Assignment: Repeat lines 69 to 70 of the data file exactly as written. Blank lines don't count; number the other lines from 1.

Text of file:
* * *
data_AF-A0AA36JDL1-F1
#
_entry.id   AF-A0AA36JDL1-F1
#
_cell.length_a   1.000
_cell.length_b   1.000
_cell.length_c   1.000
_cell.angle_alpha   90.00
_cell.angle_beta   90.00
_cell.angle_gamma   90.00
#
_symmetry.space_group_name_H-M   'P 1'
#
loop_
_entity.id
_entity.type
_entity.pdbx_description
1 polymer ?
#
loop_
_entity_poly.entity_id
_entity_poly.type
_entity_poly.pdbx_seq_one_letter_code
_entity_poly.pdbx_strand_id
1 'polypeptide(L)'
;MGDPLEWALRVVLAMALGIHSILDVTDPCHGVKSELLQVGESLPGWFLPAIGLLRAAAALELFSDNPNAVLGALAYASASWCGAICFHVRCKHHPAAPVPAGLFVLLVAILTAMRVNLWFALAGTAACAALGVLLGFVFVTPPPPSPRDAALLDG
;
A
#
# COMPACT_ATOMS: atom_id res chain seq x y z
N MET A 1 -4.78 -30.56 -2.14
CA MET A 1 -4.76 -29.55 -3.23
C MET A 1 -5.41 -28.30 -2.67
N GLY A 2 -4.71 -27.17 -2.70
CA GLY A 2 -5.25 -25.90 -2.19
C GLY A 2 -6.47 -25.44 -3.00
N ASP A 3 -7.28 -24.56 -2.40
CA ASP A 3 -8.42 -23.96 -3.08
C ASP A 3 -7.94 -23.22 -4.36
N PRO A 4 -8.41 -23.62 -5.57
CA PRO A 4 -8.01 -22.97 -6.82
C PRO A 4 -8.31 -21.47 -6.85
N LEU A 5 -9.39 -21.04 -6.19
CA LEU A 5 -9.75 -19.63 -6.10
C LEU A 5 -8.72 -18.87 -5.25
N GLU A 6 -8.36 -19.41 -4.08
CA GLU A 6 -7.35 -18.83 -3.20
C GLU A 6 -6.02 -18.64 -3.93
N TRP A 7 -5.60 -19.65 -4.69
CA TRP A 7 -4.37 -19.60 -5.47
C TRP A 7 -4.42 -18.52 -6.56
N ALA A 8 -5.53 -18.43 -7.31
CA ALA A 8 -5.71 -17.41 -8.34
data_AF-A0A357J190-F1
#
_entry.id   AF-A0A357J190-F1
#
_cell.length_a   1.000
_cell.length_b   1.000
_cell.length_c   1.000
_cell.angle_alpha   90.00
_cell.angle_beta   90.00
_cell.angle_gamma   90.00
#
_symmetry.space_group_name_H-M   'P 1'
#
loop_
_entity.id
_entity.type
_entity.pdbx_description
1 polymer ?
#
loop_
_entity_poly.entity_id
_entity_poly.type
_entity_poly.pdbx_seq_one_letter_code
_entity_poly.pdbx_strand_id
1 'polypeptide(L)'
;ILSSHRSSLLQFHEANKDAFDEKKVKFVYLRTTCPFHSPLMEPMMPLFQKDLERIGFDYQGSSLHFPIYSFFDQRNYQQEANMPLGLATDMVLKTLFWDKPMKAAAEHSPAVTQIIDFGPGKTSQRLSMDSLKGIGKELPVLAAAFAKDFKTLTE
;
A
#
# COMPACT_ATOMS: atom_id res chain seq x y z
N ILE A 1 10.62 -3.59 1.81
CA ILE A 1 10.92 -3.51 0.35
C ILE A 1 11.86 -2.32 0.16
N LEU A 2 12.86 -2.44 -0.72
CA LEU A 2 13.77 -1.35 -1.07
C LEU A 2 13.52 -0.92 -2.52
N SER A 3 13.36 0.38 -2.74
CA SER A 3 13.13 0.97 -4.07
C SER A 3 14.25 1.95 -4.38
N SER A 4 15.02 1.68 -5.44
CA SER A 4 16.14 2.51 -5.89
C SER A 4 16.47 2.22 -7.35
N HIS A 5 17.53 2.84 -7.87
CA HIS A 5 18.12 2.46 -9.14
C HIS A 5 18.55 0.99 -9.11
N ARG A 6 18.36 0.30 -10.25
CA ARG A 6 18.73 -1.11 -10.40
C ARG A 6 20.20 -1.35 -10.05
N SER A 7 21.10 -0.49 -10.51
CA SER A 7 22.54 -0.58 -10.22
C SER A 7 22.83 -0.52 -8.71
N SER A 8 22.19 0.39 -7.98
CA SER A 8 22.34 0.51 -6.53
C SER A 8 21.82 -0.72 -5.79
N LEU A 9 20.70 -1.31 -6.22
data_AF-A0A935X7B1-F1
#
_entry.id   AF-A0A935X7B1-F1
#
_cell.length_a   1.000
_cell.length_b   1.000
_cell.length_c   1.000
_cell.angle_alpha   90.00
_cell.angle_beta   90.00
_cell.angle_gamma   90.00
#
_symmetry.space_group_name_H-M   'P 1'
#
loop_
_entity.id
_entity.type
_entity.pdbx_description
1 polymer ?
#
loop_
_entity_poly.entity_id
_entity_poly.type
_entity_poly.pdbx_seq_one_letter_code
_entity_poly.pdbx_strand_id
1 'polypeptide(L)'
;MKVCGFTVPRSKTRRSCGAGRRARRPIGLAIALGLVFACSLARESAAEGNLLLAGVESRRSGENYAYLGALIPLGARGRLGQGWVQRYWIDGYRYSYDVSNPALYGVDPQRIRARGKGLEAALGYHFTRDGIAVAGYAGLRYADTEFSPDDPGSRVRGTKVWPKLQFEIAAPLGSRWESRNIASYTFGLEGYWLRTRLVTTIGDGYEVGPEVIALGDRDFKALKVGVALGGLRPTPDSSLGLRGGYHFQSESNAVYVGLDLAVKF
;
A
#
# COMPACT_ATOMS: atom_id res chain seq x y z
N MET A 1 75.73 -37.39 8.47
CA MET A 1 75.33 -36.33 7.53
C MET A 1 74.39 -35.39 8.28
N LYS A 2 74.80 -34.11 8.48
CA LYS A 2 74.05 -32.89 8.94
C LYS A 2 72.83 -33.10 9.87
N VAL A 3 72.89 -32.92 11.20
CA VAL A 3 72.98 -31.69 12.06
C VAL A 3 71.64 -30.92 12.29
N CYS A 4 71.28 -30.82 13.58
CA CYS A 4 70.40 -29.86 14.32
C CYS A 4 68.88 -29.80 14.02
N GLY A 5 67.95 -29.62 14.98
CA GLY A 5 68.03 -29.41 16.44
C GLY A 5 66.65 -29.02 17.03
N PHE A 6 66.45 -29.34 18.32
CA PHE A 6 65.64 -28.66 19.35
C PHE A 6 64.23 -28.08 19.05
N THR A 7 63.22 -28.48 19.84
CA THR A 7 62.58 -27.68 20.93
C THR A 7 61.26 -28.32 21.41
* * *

_entity.type
_entity.pdbx_description